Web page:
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Feed grain prices expected to remain high

Market Update with Jerry Klassen: More likely to find better calf market closer to year-end

Feed grain prices expected to remain high

There are always a lot of factors affecting the North American beef market, but this month’s take-home message is to look for the fed cattle market in Alberta to reach seasonal highs during November. We could see Alberta fed cattle prices reach up to $165 delivered. Yearling prices are expected to increase $5 to $8 over the next couple of months. Calf prices are expected to remain flat through October and then trend higher in November and December. Don’t sell your calves in October. Try to take them to over 700 pounds and sell them in the final months of the year if possible. You may have to buy feed and do a little extra work but you will be rewarded for it.

Market activity over recent weeks shows Alberta packers were buying fed cattle in the range of $148 to $150 f.o.b. the feedlot during the first week of August; down from $164 to $165 during the last week of June. The market has come under pressure due to larger supplies of market-ready cattle in Alberta and Saskatchewan.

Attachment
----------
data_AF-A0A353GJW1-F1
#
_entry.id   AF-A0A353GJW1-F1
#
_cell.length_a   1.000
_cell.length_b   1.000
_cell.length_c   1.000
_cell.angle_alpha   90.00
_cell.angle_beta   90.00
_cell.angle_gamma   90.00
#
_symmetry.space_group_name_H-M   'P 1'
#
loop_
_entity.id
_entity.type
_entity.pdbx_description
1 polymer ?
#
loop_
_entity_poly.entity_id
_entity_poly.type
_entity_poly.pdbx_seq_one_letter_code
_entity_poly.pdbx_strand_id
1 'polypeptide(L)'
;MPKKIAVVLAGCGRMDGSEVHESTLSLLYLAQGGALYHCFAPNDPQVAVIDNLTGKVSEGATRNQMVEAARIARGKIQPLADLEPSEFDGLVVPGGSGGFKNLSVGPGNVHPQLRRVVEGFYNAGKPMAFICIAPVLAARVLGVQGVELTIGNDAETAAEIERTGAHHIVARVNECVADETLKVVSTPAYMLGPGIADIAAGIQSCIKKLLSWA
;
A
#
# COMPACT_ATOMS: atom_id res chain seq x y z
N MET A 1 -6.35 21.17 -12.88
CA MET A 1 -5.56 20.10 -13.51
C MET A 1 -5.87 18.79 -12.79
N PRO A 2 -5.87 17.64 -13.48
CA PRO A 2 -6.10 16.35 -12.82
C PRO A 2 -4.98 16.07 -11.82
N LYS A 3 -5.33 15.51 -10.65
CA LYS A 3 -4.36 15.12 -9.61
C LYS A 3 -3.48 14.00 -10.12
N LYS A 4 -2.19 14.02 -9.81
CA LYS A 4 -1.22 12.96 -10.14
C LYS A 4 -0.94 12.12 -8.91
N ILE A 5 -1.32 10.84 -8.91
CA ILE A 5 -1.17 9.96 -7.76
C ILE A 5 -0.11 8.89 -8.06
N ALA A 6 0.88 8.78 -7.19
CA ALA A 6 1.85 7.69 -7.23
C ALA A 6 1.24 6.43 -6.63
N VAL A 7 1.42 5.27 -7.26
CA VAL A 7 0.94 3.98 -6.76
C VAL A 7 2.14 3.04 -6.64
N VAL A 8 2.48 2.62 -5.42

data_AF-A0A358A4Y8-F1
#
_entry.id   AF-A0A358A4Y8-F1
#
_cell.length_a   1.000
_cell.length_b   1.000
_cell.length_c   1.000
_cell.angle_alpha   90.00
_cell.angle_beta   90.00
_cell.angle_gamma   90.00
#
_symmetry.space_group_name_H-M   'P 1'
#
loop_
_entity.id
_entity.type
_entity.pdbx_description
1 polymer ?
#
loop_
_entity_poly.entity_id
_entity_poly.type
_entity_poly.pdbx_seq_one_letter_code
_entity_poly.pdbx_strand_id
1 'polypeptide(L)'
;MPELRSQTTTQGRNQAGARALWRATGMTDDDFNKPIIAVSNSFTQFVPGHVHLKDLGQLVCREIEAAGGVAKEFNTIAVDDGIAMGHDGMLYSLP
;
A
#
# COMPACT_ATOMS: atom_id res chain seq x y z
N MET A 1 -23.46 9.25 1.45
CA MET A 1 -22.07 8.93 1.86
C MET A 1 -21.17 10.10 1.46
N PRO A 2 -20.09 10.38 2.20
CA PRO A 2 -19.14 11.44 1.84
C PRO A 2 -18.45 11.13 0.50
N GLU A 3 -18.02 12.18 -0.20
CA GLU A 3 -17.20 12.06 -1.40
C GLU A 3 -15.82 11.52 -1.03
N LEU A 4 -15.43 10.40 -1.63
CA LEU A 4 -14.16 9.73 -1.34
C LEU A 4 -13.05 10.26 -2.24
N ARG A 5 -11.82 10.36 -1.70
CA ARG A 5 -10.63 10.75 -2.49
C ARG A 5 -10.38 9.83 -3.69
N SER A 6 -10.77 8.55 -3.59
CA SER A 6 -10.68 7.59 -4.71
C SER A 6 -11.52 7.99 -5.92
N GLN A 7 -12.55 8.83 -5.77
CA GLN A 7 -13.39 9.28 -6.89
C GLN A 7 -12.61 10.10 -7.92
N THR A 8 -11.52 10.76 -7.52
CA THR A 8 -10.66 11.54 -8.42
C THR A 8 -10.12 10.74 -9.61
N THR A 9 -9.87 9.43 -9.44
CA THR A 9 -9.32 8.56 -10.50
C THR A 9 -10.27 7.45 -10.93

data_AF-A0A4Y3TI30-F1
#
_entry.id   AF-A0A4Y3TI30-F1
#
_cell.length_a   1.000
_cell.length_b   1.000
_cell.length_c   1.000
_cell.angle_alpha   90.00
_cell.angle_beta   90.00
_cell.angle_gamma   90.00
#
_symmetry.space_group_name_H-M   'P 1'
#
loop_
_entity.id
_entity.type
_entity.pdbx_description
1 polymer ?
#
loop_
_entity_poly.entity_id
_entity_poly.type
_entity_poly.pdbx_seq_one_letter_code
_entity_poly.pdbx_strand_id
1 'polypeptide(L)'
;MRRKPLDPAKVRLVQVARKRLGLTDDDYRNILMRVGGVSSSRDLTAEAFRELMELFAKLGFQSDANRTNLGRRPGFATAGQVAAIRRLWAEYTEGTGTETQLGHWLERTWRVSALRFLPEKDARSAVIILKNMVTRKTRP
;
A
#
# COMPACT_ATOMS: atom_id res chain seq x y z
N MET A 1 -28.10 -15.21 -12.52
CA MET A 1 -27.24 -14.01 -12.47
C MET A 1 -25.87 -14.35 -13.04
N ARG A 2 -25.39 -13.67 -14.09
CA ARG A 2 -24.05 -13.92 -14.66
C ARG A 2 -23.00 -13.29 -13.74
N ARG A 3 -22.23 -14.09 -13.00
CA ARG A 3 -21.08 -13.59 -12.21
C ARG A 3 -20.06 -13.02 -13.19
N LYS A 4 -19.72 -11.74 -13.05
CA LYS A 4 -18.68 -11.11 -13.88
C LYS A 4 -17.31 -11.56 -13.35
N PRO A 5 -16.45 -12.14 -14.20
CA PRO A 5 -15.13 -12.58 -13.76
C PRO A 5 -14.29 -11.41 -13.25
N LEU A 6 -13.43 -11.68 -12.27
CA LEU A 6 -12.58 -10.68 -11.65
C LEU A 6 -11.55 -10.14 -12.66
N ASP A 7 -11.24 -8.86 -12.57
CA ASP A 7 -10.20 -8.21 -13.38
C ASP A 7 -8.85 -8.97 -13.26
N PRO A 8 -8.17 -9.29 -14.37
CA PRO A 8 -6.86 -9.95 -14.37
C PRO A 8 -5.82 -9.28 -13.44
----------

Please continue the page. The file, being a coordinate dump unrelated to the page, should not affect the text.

While Canadian values have been grinding lower, the U.S. fed cattle market has traded in a sideways range over the past month. Live prices in Nebraska were quoted at US$125 during the first week of August, unchanged from 30 days earlier. The U.S. is in an opposite situation to Western Canada and market-ready supplies are down sharply from August of 2020 and 2019.

Beef demand continues to improve as more Americans and Canadians get vaccinated. U.S. restaurant traffic is running similar to 2019. Over the past month, we’ve seen a sharp improvement in Canadian restaurant traffic which is now just marginally lower than 2019.

Unemployment rates are improving and consumer spending is expected to run seven to eight per cent above year-ago levels for the remainder of 2021. Yearling prices have been trading near 52-week highs. As of early August, larger-frame mixed steers fresh off grass averaging 900 pounds were quoted from $185 to as high as $190. Calves are down $10 to $15 from last month as barley continues to trade near historical highs. Strong feed grain values appear to be weighing on calves more than yearlings.

Variable basis figures

The Alberta fed-cattle basis can be quite variable. During June, market-ready fed cattle numbers in Alberta and Saskatchewan were down about 50,000 head compared to June 2019. The domestic market had to trade at a premium to the U.S. to secure supplies. We’ve now transitioned to a period where market-ready supplies are up 40,000 to 50,000 head compared to August 2019. The Canadian market is now at a minor discount to Nebraska values. There has been significant basis depreciation over the past month.

In the U.S., market-ready supplies of fed cattle will drop sharply below September 2019 levels, which will be positive for the live futures market and the Nebraska basis. We don’t see much slippage in the Alberta market from current levels because fed cattle exports are projected to increase during September through December. Given our projections for the U.S. slaughter, fed cattle supplies will be rather snug south of the border for the remainder of the year.